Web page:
Friday, July 31, 2015

Reason #472 why prison should be last resort

An article in The Guardian talks about how feminine hygiene products are doled out to female inmates.
...each cell, which houses two female inmates, receives five pads per week to split. I’m not sure what they expect us to do with the fifth but this comes out to 10 total for each woman, allowing for only one change a day in an average five-day monthly cycle.
Women, and men who pay attention, will see the problem in this.
Inmates in Michigan filed suit last December alleging that pads and tampons are so scarce that their civil rights have been violated.
Why so scarce?
The reasons for keeping supplies for women in prison limited are not purely financial. Even though keeping inmates clean would seem to be in the prison’s self-interest, prisons control their wards by keeping sanitation just out of reach. Stains on clothes seep into self-esteem and serve as an indelible reminder of one’s powerlessness in prison. Asking for something you need crystallizes the power differential between inmates and guards; the officer can either meet your need or he can refuse you, and there’s little you can do to influence his choice. 
Prison puts inmates at the mercy of correctional officers.
To ask a macho guard for a tampon is humiliating. But it’s more than that: it’s an acknowledgement of the fact that, ultimately, the prison controls your cleanliness, your health and your feelings of self-esteem. The request is even more difficult to make when a guard complains that his tax dollars shouldn’t have to pay for your supplies. You want to explain to him that he wouldn’t have a paycheck to shed those taxes in the first place if prison staff weren’t needed to do things like feeding inmates and handing out sanitary supplies – but you say nothing because you want that maxi pad. 
In the United States, there are 2.2 million people in prisons, under the thumb of correctional officers. People who become correctional officers are not inherently bad but giving them such intimate power over others leads to broad opportunities for abuse of power.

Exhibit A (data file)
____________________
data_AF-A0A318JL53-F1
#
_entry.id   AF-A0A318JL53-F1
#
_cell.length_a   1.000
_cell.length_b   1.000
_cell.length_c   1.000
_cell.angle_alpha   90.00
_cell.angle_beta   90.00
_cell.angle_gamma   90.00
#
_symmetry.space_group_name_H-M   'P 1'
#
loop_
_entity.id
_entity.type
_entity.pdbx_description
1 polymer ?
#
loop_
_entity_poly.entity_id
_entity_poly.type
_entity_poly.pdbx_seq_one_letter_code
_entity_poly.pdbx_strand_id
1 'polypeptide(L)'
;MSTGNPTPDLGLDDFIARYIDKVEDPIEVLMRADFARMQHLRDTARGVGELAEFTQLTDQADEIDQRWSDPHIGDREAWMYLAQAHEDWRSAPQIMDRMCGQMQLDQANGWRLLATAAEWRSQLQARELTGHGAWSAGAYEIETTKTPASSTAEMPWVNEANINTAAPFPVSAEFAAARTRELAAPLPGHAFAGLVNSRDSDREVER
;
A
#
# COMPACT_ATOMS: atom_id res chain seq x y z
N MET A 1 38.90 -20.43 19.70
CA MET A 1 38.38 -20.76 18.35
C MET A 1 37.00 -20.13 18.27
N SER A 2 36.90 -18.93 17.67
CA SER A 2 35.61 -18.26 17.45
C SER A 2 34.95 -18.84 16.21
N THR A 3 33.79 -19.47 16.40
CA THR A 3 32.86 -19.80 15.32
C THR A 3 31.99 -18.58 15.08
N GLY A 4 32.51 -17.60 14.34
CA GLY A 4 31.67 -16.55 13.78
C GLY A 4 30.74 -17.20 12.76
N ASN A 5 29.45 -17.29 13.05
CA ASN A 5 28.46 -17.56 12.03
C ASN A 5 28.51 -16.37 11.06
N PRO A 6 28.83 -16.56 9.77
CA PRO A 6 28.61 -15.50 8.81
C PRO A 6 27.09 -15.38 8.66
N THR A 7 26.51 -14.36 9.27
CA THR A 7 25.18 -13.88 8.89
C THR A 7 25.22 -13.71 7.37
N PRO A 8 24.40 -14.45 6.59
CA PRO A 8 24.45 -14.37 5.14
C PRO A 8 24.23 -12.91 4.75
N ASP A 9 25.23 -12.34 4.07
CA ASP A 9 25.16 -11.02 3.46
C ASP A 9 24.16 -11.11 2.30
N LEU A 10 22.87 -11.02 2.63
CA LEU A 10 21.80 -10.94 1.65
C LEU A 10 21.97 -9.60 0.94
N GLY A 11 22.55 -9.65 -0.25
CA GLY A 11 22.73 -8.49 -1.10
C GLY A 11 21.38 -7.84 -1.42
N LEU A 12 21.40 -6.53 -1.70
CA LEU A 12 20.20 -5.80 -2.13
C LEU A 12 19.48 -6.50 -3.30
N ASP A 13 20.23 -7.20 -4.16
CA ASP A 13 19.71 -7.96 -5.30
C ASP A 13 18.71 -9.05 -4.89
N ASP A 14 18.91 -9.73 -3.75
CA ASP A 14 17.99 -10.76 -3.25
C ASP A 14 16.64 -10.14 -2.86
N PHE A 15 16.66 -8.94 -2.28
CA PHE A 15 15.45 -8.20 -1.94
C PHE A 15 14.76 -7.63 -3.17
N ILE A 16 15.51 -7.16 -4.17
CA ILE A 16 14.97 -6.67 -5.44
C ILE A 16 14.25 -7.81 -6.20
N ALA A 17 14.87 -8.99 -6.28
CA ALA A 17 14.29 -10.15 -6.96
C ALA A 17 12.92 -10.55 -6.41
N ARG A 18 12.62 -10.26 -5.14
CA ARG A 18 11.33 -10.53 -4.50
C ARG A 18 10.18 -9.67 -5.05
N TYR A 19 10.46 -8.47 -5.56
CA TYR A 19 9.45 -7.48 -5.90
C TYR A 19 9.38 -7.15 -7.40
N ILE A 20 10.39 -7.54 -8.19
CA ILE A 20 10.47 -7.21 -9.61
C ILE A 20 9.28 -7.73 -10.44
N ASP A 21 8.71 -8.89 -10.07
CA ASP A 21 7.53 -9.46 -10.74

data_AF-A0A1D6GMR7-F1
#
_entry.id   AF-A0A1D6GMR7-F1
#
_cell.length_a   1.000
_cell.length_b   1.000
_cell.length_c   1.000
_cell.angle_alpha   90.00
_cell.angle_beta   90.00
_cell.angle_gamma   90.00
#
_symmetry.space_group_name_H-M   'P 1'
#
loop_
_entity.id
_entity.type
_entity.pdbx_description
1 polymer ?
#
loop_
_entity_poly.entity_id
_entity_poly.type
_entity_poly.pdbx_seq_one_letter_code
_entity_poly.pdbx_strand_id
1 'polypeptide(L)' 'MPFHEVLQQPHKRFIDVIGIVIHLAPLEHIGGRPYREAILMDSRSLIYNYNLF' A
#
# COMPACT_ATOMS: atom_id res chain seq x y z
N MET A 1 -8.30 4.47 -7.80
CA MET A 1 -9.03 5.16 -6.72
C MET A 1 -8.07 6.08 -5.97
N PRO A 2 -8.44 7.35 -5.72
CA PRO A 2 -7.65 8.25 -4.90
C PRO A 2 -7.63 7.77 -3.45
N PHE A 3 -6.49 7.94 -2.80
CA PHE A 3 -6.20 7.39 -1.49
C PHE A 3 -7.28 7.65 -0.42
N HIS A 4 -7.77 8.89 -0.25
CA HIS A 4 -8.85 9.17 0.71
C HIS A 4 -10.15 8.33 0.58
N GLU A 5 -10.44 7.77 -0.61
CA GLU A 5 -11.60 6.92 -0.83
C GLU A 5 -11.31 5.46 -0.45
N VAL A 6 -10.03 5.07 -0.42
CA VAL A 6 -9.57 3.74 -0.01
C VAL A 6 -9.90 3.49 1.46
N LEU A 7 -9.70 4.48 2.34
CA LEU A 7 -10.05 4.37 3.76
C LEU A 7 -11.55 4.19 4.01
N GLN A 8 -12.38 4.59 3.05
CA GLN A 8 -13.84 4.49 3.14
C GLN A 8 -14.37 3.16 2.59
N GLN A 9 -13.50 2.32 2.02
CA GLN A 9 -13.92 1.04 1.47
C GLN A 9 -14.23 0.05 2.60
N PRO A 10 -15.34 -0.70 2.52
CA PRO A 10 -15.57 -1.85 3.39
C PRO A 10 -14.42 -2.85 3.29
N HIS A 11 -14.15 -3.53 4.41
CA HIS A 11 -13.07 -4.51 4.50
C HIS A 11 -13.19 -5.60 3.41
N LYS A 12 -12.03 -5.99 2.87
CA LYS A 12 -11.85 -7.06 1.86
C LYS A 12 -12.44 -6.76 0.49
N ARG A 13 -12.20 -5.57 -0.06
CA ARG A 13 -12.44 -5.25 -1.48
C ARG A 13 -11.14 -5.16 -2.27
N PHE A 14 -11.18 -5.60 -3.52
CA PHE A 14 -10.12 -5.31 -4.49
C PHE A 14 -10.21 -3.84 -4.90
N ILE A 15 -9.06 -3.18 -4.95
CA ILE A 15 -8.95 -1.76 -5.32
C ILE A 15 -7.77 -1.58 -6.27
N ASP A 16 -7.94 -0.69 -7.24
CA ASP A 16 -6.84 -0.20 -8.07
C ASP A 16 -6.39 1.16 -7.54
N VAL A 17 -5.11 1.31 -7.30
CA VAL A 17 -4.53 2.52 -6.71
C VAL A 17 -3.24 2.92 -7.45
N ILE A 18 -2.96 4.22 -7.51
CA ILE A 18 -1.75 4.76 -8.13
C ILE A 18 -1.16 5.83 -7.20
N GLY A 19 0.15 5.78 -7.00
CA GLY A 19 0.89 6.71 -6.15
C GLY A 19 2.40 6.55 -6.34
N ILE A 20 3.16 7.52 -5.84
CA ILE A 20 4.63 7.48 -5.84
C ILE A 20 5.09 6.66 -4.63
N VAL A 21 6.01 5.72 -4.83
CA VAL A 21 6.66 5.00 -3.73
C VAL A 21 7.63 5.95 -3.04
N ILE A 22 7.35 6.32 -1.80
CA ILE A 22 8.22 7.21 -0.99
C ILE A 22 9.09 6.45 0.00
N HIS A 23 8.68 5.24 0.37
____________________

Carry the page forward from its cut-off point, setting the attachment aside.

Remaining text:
The 1971 Stanford Prison Experiment showed us how easily and quickly that abuse of power can develop. The experiment tried to answer a couple of questions.
What happens when you put good people in an evil place? Does humanity win over evil, or does evil triumph?
Briefly, the experiment assigned some students the role of  prison guard and some the role of prisoner, put them all in an improvised prison setting. Over the time of the experiment, it became clear that bad things were happening.
We had created an overwhelmingly powerful situation -- a situation in which prisoners were withdrawing and behaving in pathological ways, and in which some of the guards were behaving sadistically. Even the "good" guards felt helpless to intervene, and none of the guards quit while the study was in progress. Indeed, it should be noted that no guard ever came late for his shift, called in sick, left early, or demanded extra pay for overtime work. 
The experiment, planned to run for two weeks, was called off on the sixth day.
I ended the study prematurely for two reasons. First, we had learned through videotapes that the guards were escalating their abuse of prisoners in the middle of the night when they thought no researchers were watching and the experiment was "off." Their boredom had driven them to ever more pornographic and degrading abuse of the prisoners.
Six days.

What happens to people incarcerated for years or decades?

What happens to people who work as prison guards for years or decades?

As I said before:
We have a moral imperative to consider--and thoughtfully reject--a long list of alternatives before we put someone in prison.
That goes for prisoners and correctional officers.

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